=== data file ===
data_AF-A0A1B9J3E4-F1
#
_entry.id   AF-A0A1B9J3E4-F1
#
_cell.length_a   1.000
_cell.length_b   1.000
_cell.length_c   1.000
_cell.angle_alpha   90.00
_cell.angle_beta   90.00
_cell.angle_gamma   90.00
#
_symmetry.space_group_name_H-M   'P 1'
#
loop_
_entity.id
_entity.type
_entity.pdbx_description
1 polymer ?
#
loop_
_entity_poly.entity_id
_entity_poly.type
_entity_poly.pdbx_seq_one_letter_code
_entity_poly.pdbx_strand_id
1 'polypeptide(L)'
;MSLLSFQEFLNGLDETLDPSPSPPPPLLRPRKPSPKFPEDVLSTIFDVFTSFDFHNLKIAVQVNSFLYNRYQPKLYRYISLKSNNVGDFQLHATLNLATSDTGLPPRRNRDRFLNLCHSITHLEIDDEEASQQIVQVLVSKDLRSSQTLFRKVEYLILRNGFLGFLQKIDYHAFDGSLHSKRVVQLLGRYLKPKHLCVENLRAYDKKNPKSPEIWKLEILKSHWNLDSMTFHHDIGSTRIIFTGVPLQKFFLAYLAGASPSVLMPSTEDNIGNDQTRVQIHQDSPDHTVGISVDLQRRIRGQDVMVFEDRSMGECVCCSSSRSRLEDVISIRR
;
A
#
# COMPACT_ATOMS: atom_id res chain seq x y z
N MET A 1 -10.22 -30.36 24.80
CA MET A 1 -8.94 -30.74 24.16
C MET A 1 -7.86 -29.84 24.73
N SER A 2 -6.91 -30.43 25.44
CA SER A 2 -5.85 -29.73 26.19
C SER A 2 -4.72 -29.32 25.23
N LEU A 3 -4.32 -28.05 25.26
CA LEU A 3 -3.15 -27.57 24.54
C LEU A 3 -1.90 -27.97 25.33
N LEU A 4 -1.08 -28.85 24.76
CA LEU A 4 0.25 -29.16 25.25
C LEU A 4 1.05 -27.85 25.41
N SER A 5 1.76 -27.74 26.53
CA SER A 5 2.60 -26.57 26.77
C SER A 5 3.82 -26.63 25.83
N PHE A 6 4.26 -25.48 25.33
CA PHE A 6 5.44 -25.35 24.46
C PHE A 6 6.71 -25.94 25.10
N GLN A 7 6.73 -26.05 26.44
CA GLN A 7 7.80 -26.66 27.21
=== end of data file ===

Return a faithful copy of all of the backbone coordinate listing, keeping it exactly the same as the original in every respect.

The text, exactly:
data_AF-A0A1B9J3E4-F1
#
_entry.id   AF-A0A1B9J3E4-F1
#
_cell.length_a   1.000
_cell.length_b   1.000
_cell.length_c   1.000
_cell.angle_alpha   90.00
_cell.angle_beta   90.00
_cell.angle_gamma   90.00
#
_symmetry.space_group_name_H-M   'P 1'
#
loop_
_entity.id
_entity.type
_entity.pdbx_description
1 polymer ?
#
loop_
_entity_poly.entity_id
_entity_poly.type
_entity_poly.pdbx_seq_one_letter_code
_entity_poly.pdbx_strand_id
1 'polypeptide(L)'
;MSLLSFQEFLNGLDETLDPSPSPPPPLLRPRKPSPKFPEDVLSTIFDVFTSFDFHNLKIAVQVNSFLYNRYQPKLYRYISLKSNNVGDFQLHATLNLATSDTGLPPRRNRDRFLNLCHSITHLEIDDEEASQQIVQVLVSKDLRSSQTLFRKVEYLILRNGFLGFLQKIDYHAFDGSLHSKRVVQLLGRYLKPKHLCVENLRAYDKKNPKSPEIWKLEILKSHWNLDSMTFHHDIGSTRIIFTGVPLQKFFLAYLAGASPSVLMPSTEDNIGNDQTRVQIHQDSPDHTVGISVDLQRRIRGQDVMVFEDRSMGECVCCSSSRSRLEDVISIRR
;
A
#
# COMPACT_ATOMS: atom_id res chain seq x y z
N MET A 1 -10.22 -30.36 24.80
CA MET A 1 -8.94 -30.74 24.16
C MET A 1 -7.86 -29.84 24.73
N SER A 2 -6.91 -30.43 25.44
CA SER A 2 -5.85 -29.73 26.19
C SER A 2 -4.72 -29.32 25.23
N LEU A 3 -4.32 -28.05 25.26
CA LEU A 3 -3.15 -27.57 24.54
C LEU A 3 -1.90 -27.97 25.33
N LEU A 4 -1.08 -28.85 24.76
CA LEU A 4 0.25 -29.16 25.25
C LEU A 4 1.05 -27.85 25.41
N SER A 5 1.76 -27.74 26.53
CA SER A 5 2.60 -26.57 26.77
C SER A 5 3.82 -26.63 25.83
N PHE A 6 4.26 -25.48 25.33
CA PHE A 6 5.44 -25.35 24.46
C PHE A 6 6.71 -25.94 25.10
N GLN A 7 6.73 -26.05 26.44
CA GLN A 7 7.80 -26.66 27.21